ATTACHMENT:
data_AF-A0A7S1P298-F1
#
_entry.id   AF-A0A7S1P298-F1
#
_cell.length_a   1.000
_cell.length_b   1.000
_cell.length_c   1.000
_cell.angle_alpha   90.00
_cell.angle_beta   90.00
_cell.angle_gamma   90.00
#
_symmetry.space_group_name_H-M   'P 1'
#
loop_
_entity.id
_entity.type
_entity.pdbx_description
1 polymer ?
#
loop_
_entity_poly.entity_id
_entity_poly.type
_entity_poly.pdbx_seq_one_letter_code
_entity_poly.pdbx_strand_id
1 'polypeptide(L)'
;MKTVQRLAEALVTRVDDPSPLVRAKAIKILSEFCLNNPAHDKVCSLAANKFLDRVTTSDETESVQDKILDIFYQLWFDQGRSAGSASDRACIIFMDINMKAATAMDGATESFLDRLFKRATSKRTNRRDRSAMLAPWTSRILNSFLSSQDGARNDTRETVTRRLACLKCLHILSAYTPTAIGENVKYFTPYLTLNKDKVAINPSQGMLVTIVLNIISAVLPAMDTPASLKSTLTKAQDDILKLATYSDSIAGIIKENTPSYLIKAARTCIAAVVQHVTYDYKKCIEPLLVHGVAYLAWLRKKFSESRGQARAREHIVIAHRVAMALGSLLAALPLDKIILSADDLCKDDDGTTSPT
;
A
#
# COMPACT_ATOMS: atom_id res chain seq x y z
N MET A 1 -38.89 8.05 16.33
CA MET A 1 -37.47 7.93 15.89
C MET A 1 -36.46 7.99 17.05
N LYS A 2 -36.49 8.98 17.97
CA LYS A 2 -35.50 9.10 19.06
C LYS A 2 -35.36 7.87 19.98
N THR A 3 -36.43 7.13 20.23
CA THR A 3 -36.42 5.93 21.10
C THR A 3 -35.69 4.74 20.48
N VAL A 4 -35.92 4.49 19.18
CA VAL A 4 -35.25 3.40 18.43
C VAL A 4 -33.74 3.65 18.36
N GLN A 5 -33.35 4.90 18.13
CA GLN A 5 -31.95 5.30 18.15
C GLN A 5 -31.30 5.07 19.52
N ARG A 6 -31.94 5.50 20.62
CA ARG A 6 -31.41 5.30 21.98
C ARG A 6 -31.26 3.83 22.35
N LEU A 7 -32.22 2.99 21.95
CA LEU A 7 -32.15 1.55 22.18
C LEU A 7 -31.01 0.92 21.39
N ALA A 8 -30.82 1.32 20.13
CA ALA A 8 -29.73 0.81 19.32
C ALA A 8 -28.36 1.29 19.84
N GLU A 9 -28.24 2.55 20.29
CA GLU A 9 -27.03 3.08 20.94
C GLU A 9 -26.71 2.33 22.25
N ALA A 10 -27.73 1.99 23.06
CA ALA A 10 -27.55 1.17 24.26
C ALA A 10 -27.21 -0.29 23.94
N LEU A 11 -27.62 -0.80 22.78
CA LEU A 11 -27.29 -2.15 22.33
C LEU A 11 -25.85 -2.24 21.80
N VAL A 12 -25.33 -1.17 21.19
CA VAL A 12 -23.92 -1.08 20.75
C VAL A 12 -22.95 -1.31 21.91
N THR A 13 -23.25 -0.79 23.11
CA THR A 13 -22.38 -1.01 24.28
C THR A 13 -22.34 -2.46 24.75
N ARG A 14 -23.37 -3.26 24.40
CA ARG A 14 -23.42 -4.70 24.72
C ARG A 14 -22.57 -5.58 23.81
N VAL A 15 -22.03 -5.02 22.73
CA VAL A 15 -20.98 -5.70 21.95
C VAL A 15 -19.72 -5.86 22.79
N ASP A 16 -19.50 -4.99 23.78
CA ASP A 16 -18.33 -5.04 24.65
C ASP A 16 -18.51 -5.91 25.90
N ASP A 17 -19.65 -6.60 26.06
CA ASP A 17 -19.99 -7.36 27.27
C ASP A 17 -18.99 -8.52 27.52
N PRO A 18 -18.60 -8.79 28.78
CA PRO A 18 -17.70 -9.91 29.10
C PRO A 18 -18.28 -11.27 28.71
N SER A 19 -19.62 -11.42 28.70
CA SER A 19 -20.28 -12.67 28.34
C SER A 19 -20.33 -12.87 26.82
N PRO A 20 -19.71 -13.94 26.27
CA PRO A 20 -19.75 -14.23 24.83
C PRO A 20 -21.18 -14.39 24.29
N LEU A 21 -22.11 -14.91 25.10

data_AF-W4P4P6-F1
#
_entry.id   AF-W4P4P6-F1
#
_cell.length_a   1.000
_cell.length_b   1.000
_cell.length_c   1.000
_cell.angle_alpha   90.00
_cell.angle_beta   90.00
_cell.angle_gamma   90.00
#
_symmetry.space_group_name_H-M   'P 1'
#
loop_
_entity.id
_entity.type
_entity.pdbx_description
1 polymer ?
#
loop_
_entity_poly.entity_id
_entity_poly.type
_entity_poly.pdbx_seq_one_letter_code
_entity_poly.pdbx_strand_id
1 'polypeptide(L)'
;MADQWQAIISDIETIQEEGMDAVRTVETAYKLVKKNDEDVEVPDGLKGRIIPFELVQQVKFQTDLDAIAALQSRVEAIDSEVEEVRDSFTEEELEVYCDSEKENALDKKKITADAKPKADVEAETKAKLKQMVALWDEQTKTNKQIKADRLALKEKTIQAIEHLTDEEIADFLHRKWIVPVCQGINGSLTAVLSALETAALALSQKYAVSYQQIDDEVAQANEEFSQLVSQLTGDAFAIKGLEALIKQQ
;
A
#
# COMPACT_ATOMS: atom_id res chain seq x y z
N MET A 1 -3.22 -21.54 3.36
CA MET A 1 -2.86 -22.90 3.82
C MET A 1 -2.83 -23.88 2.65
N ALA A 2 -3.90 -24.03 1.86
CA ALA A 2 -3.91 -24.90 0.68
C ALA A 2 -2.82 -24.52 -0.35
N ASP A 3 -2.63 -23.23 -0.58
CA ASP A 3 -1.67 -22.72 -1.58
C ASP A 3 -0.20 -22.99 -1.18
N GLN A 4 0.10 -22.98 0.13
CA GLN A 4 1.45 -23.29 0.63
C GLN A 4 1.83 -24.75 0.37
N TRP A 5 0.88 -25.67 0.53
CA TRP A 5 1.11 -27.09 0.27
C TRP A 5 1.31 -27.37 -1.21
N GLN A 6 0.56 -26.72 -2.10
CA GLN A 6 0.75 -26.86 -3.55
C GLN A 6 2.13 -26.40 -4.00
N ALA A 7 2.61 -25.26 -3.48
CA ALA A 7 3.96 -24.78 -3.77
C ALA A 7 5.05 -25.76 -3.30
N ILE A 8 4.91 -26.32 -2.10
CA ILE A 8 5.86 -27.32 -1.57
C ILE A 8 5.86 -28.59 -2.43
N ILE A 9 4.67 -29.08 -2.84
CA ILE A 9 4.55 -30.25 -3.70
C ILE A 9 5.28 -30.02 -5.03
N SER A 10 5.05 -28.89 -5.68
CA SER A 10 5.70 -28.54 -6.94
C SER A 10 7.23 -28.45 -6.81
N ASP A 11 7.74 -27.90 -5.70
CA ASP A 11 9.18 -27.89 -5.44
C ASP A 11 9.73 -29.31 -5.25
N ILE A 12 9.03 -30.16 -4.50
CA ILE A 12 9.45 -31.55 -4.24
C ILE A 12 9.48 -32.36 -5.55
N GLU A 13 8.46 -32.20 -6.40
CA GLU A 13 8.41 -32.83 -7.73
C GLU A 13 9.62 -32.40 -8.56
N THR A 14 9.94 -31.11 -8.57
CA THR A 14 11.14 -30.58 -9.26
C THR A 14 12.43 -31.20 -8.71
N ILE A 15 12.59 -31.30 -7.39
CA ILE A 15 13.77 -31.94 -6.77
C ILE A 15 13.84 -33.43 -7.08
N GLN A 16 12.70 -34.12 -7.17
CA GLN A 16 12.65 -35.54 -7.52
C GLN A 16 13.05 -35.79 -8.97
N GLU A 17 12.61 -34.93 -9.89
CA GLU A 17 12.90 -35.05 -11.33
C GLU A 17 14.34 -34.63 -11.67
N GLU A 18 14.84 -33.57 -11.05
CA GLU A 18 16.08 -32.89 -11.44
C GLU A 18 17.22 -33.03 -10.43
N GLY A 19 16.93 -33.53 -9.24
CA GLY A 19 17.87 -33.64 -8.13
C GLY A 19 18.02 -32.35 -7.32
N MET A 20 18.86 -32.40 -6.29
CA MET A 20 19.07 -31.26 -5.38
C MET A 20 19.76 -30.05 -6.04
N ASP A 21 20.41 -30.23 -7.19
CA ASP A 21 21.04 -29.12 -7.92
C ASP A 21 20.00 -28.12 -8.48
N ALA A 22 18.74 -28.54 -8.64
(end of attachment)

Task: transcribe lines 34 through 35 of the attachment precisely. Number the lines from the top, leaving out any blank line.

N LYS A 2 -36.49 8.98 17.97
CA LYS A 2 -35.50 9.10 19.06